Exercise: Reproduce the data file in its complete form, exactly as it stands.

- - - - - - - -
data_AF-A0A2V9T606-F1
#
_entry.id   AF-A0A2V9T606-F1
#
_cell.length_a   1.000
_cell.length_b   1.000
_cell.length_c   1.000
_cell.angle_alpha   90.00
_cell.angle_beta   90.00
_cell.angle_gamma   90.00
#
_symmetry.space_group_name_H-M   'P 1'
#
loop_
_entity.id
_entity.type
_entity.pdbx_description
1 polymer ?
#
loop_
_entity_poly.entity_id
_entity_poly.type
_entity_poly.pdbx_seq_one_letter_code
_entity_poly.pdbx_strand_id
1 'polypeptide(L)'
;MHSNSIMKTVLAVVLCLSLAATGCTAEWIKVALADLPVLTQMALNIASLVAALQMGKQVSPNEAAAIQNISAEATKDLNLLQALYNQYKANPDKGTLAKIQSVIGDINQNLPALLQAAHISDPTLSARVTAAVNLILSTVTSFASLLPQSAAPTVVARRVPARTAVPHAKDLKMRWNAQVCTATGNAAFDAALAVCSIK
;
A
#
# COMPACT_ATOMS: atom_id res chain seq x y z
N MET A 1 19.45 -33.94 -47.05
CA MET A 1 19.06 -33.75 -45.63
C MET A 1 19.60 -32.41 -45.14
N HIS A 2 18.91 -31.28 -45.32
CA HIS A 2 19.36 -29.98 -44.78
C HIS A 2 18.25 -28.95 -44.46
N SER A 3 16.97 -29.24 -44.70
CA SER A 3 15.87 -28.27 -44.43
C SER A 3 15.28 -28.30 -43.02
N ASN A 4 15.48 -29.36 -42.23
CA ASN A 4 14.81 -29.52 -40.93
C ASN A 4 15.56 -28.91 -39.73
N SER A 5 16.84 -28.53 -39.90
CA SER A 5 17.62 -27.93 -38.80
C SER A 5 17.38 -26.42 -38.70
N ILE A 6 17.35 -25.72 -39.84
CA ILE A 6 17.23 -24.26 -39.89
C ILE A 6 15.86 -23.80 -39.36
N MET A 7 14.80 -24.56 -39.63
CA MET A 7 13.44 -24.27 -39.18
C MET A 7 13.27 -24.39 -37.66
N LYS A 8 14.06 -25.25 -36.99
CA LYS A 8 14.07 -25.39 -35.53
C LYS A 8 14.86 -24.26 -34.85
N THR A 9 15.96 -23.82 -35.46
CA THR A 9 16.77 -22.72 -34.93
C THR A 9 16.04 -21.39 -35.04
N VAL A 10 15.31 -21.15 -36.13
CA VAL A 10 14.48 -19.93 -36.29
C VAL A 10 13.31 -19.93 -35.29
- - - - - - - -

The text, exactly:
data_AF-A0A2V9T606-F1
#
_entry.id   AF-A0A2V9T606-F1
#
_cell.length_a   1.000
_cell.length_b   1.000
_cell.length_c   1.000
_cell.angle_alpha   90.00
_cell.angle_beta   90.00
_cell.angle_gamma   90.00
#
_symmetry.space_group_name_H-M   'P 1'
#
loop_
_entity.id
_entity.type
_entity.pdbx_description
1 polymer ?
#
loop_
_entity_poly.entity_id
_entity_poly.type
_entity_poly.pdbx_seq_one_letter_code
_entity_poly.pdbx_strand_id
1 'polypeptide(L)'
;MHSNSIMKTVLAVVLCLSLAATGCTAEWIKVALADLPVLTQMALNIASLVAALQMGKQVSPNEAAAIQNISAEATKDLNLLQALYNQYKANPDKGTLAKIQSVIGDINQNLPALLQAAHISDPTLSARVTAAVNLILSTVTSFASLLPQSAAPTVVARRVPARTAVPHAKDLKMRWNAQVCTATGNAAFDAALAVCSIK
;
A
#
# COMPACT_ATOMS: atom_id res chain seq x y z
N MET A 1 19.45 -33.94 -47.05
CA MET A 1 19.06 -33.75 -45.63
C MET A 1 19.60 -32.41 -45.14
N HIS A 2 18.91 -31.28 -45.32
CA HIS A 2 19.36 -29.98 -44.78
C HIS A 2 18.25 -28.95 -44.46
N SER A 3 16.97 -29.24 -44.70
CA SER A 3 15.87 -28.27 -44.43
C SER A 3 15.28 -28.30 -43.02
N ASN A 4 15.48 -29.36 -42.23
CA ASN A 4 14.81 -29.52 -40.93
C ASN A 4 15.56 -28.91 -39.73
N SER A 5 16.84 -28.53 -39.90
CA SER A 5 17.62 -27.93 -38.80
C SER A 5 17.38 -26.42 -38.70
N ILE A 6 17.35 -25.72 -39.84
CA ILE A 6 17.23 -24.26 -39.89
C ILE A 6 15.86 -23.80 -39.36
N MET A 7 14.80 -24.56 -39.63
CA MET A 7 13.44 -24.27 -39.18
C MET A 7 13.27 -24.39 -37.66
N LYS A 8 14.06 -25.25 -36.99
CA LYS A 8 14.07 -25.39 -35.53
C LYS A 8 14.86 -24.26 -34.85
N THR A 9 15.96 -23.82 -35.46
CA THR A 9 16.77 -22.72 -34.93
C THR A 9 16.04 -21.39 -35.04
N VAL A 10 15.31 -21.15 -36.13
CA VAL A 10 14.48 -19.93 -36.29
C VAL A 10 13.31 -19.93 -35.29